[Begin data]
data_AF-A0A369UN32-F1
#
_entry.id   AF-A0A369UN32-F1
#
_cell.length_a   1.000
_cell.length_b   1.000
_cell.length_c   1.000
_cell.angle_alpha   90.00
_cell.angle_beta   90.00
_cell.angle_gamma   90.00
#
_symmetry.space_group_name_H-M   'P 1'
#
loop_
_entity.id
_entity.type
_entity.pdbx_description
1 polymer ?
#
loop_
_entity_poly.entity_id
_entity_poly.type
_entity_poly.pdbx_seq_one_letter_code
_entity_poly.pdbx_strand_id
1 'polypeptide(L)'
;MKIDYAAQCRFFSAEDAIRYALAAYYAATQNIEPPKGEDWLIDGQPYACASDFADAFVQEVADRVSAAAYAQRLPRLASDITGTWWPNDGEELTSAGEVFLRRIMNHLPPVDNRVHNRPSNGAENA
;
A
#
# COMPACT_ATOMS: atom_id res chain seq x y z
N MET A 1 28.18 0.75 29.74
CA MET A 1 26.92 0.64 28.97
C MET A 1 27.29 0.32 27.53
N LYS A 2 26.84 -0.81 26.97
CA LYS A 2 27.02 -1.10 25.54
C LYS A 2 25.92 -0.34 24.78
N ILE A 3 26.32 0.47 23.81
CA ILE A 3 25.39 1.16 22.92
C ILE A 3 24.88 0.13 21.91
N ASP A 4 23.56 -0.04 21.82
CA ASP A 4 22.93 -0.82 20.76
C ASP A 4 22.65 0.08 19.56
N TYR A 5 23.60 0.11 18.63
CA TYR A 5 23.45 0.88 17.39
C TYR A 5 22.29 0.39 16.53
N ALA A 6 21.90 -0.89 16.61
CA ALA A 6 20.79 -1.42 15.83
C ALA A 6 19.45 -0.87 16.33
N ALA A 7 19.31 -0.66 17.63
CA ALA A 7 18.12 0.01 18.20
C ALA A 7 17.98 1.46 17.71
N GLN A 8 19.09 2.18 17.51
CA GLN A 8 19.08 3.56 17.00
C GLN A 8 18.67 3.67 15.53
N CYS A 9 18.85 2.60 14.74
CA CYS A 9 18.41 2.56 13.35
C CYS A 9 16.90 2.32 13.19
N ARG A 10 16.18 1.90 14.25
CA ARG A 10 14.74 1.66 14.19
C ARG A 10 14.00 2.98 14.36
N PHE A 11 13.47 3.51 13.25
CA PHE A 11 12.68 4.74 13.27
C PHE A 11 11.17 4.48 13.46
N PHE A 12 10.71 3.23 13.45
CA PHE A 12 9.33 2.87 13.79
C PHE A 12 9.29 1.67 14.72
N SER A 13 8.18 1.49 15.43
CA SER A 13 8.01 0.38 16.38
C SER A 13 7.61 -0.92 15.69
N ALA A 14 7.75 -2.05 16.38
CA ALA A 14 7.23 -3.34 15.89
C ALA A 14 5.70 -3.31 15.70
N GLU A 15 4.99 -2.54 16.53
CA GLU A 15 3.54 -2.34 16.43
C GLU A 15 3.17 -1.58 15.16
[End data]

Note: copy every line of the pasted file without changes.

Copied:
data_AF-A0A369UN32-F1
#
_entry.id   AF-A0A369UN32-F1
#
_cell.length_a   1.000
_cell.length_b   1.000
_cell.length_c   1.000
_cell.angle_alpha   90.00
_cell.angle_beta   90.00
_cell.angle_gamma   90.00
#
_symmetry.space_group_name_H-M   'P 1'
#
loop_
_entity.id
_entity.type
_entity.pdbx_description
1 polymer ?
#
loop_
_entity_poly.entity_id
_entity_poly.type
_entity_poly.pdbx_seq_one_letter_code
_entity_poly.pdbx_strand_id
1 'polypeptide(L)'
;MKIDYAAQCRFFSAEDAIRYALAAYYAATQNIEPPKGEDWLIDGQPYACASDFADAFVQEVADRVSAAAYAQRLPRLASDITGTWWPNDGEELTSAGEVFLRRIMNHLPPVDNRVHNRPSNGAENA
;
A
#
# COMPACT_ATOMS: atom_id res chain seq x y z
N MET A 1 28.18 0.75 29.74
CA MET A 1 26.92 0.64 28.97
C MET A 1 27.29 0.32 27.53
N LYS A 2 26.84 -0.81 26.97
CA LYS A 2 27.02 -1.10 25.54
C LYS A 2 25.92 -0.34 24.78
N ILE A 3 26.32 0.47 23.81
CA ILE A 3 25.39 1.16 22.92
C ILE A 3 24.88 0.13 21.91
N ASP A 4 23.56 -0.04 21.82
CA ASP A 4 22.93 -0.82 20.76
C ASP A 4 22.65 0.08 19.56
N TYR A 5 23.60 0.11 18.63
CA TYR A 5 23.45 0.88 17.39
C TYR A 5 22.29 0.39 16.53
N ALA A 6 21.90 -0.89 16.61
CA ALA A 6 20.79 -1.42 15.83
C ALA A 6 19.45 -0.87 16.33
N ALA A 7 19.31 -0.66 17.63
CA ALA A 7 18.12 0.01 18.20
C ALA A 7 17.98 1.46 17.71
N GLN A 8 19.09 2.18 17.51
CA GLN A 8 19.08 3.56 17.00
C GLN A 8 18.67 3.67 15.53
N CYS A 9 18.85 2.60 14.74
CA CYS A 9 18.41 2.56 13.35
C CYS A 9 16.90 2.32 13.19
N ARG A 10 16.18 1.90 14.25
CA ARG A 10 14.74 1.66 14.19
C ARG A 10 14.00 2.98 14.36
N PHE A 11 13.47 3.51 13.25
CA PHE A 11 12.68 4.74 13.27
C PHE A 11 11.17 4.48 13.46
N PHE A 12 10.71 3.23 13.45
CA PHE A 12 9.33 2.87 13.79
C PHE A 12 9.29 1.67 14.72
N SER A 13 8.18 1.49 15.43
CA SER A 13 8.01 0.38 16.38
C SER A 13 7.61 -0.92 15.69
N ALA A 14 7.75 -2.05 16.38
CA ALA A 14 7.23 -3.34 15.89
C ALA A 14 5.70 -3.31 15.70
N GLU A 15 4.99 -2.54 16.53
CA GLU A 15 3.54 -2.34 16.43
C GLU A 15 3.17 -1.58 15.16